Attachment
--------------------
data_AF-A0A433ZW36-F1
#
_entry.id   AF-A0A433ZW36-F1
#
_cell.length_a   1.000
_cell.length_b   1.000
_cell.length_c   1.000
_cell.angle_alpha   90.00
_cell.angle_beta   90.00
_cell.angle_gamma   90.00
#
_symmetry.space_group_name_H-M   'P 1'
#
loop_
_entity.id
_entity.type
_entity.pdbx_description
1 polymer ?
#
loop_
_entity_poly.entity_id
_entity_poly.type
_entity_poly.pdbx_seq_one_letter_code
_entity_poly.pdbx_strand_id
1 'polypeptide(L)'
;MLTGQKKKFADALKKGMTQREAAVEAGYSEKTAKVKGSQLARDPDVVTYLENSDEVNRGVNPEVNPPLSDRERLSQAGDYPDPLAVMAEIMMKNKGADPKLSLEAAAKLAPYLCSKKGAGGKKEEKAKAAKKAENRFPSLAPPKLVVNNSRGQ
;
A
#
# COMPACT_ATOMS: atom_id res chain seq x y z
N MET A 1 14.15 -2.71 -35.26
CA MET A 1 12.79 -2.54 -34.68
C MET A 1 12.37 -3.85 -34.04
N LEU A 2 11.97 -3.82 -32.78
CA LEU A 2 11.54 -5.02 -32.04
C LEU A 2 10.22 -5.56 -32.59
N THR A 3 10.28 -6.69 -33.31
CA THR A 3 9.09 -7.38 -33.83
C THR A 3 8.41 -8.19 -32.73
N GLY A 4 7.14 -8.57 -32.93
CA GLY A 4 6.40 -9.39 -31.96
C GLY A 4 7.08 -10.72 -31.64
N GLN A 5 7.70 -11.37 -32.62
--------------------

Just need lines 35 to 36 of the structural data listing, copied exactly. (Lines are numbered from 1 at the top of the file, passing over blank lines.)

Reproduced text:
CA LEU A 2 11.54 -5.02 -32.04
C LEU A 2 10.22 -5.56 -32.59